par Lambeets, Sten ;Barroo, Cédric ;Kruse, Norbert ;Visart de Bocarmé, Thierry
Référence Interdisciplinary Surface Science Conference (20: 2015/04/02: Birmingham, UK)
Publication Non publié, 2015-04-02
Communication à un colloque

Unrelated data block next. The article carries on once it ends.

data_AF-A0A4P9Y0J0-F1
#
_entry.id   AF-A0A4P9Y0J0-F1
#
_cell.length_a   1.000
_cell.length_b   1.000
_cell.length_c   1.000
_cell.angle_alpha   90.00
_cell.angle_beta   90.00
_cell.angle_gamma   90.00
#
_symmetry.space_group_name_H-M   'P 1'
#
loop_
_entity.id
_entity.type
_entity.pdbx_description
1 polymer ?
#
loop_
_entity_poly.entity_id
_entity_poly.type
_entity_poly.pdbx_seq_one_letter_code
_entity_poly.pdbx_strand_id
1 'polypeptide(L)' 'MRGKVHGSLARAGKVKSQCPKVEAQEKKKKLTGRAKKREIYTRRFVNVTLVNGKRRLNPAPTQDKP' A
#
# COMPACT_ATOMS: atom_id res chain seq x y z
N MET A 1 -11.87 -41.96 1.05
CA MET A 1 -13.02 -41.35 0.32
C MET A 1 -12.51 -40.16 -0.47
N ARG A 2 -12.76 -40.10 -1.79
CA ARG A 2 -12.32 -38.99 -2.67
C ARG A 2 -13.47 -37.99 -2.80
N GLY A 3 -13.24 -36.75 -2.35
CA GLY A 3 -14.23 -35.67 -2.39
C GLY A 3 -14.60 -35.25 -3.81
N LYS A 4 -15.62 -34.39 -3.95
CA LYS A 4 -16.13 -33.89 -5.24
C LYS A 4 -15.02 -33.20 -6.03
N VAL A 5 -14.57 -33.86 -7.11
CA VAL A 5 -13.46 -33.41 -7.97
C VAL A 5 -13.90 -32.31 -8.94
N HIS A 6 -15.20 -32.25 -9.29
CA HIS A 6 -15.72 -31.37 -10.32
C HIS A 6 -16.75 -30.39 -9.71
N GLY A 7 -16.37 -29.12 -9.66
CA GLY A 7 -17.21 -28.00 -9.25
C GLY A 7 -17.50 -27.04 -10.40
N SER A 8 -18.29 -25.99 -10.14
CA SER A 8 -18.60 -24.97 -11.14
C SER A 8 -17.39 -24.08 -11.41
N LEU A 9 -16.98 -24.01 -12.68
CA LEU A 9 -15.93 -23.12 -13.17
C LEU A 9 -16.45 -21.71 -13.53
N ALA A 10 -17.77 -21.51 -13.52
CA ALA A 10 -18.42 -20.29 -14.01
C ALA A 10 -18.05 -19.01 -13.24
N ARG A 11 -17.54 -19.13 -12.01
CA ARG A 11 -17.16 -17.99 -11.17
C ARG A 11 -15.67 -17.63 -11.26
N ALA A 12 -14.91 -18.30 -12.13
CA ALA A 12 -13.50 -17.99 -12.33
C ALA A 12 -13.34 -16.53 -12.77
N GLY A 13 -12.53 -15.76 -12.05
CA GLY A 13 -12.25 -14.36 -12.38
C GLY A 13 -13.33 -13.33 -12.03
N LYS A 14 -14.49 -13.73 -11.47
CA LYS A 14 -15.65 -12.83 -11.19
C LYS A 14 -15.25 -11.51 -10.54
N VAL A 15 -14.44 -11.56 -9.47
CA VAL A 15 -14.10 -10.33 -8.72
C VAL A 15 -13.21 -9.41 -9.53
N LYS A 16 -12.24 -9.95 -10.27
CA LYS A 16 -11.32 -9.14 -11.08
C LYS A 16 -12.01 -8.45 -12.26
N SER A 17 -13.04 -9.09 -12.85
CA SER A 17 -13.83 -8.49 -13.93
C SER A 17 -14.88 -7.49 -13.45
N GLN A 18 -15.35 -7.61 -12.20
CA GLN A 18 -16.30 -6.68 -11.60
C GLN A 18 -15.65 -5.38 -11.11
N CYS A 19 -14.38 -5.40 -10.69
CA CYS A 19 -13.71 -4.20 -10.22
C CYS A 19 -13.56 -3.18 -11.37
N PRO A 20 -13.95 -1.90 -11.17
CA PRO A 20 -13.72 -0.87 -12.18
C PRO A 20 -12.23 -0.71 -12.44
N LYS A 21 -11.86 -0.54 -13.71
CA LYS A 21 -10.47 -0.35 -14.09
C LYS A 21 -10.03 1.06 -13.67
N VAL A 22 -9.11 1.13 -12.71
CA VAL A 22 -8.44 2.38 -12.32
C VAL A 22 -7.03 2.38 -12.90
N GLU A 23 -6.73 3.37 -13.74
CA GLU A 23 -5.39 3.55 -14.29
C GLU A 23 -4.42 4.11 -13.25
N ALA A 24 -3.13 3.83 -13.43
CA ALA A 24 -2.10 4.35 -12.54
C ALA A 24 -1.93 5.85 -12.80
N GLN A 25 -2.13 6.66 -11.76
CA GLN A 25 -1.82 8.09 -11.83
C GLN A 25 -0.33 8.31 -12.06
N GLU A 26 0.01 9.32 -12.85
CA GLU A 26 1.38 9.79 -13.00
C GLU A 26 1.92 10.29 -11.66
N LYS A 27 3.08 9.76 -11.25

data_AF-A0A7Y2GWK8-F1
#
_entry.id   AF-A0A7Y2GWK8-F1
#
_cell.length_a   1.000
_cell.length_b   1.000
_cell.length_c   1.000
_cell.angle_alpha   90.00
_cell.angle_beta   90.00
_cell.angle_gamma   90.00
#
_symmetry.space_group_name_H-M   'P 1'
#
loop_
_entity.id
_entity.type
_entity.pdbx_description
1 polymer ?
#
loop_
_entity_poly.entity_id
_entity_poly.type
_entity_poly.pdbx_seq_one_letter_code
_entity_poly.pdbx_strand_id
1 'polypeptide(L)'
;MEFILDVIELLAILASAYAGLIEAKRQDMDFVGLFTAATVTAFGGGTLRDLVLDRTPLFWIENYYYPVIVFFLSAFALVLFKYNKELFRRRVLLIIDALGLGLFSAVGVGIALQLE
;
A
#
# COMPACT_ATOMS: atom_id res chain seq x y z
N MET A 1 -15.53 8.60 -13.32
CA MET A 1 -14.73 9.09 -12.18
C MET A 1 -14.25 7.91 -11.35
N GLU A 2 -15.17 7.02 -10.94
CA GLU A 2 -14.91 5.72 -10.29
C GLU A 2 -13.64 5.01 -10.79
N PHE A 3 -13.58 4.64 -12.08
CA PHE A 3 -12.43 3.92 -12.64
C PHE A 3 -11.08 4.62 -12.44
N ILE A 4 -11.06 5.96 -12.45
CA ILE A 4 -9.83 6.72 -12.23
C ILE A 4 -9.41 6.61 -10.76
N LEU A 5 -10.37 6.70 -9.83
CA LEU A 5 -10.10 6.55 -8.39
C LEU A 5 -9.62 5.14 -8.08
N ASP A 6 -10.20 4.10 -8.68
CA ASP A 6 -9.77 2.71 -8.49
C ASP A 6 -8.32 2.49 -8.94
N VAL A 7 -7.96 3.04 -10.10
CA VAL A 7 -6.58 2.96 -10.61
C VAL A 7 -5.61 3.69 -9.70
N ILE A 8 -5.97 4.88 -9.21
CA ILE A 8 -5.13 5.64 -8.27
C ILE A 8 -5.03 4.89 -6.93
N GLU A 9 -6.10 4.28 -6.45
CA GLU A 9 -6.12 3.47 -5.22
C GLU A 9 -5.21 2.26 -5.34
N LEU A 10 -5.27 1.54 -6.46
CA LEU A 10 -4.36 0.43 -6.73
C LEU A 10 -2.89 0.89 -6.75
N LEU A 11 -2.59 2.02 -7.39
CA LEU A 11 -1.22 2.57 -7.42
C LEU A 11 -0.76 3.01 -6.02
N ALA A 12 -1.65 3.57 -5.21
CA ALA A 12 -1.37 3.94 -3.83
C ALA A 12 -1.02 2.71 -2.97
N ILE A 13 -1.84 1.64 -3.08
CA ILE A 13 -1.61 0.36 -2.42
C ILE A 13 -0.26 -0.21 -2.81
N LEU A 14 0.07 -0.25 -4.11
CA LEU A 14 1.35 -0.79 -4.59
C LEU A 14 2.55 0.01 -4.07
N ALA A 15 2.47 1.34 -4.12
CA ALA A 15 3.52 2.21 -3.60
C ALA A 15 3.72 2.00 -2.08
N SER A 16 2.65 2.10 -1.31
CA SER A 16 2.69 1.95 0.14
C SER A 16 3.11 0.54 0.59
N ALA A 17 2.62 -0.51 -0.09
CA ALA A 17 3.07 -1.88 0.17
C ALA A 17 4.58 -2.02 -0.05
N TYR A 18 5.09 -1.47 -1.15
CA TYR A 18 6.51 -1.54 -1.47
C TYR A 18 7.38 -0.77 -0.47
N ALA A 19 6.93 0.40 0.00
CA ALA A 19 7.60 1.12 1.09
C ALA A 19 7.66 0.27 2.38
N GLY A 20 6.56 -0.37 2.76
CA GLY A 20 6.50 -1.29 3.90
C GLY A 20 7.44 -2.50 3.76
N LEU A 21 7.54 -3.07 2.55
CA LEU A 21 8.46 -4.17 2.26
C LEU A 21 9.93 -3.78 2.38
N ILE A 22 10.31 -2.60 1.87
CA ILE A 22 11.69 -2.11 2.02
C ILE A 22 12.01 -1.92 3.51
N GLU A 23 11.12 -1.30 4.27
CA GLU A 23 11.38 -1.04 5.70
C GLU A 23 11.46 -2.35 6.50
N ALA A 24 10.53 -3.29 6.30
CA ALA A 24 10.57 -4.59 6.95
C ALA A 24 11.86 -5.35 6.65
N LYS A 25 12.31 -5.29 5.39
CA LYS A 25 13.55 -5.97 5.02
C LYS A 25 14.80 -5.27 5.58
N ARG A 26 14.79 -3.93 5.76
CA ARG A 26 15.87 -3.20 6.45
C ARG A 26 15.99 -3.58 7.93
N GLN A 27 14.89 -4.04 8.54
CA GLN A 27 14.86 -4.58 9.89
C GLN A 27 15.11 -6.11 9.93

Résumé : The valorisation of CO2 gas into useful products for the industry seems to beis one key way to address the issue of global warming. Yet, its application has to be economically viable. For instance, heterogeneous catalysis is used to produce methanol by CO2 hydrogenation. Heterogeneous Catalysis is a surface phenomenon; hence most of the catalysts are shape as nano-sized nanoparticles dispersed on a support. Development of new catalysts design needing an increase understanding of mechanisms leading the reaction on surface, and the synergy between the reaction and the nanoparticle surface structure at the molecular scale. In order to improve the efficiency of such catalysts, a deep understanding of the reaction processes at the molecular level is needed. Catalytic particle shape, its size and its surface composition are some of the features that fill influence the activity and that should be determined with time so as to unravel the detailed mechanism the this reaction.This work reports on the study ofof the adsorption of CO2 adsorption as well as the interaction of H2/CO2 gas mixtures on over nano-sized rhodium crystals. This system has been studied at the nanoscale using field emission techniques including Field Ion Microscopy (FIM) and Field Emission Microscopy (FEM) [1]. The FIM/FEM device is able to image in real time the surface of a conductive material, conditioned as a thin tip, at the nanoscale with 0,2 nm lateral resolution in FIM mode and 2 nm in the FEM mode. The structure of the rhodium nanocrystals have been characterised by FIM with atomic lateral resolution, whereas CO2 adsorption and dissociation have been followed by FEM. Brightness analysis is used to monitor the reaction in while it proceeds. The brightness intensity of the FEM pattern depends on the amount ofcurrent density of electrons emitted from the nanocrystal tip apex and thus, on the local work function of the surface. The introduction of pure CO2 gas during the imaging causes the brightness to decrease due to the dissociative adsorption of CO2 gas to O(ads) and CO(ads) species. Upon increase of the hydrogen pressure, reaction phenomena were observed from 650 K to 700 K. The increasing brightness testifies the occurrence of a reaction between adsorbed hydrogen and adsorbed oxygen. Results from the brightness analysis have been compared to literature data which allow to propose a chemical scenario explaining these observations and identify the reaction as the Reverse Water Gas Shift (CO2(g) + H2(g)→ CO(g) + H2O(g)) [2,3]. These assumptions are in line with direct local chemical analysis performed by atom probe techniques [4]. The latter consist to in the coupling of a FIM device with a Time of Flight mass spectrometer operated during the ongoing processes using field pulses to desorb surface species as ions during the ongoing reaction.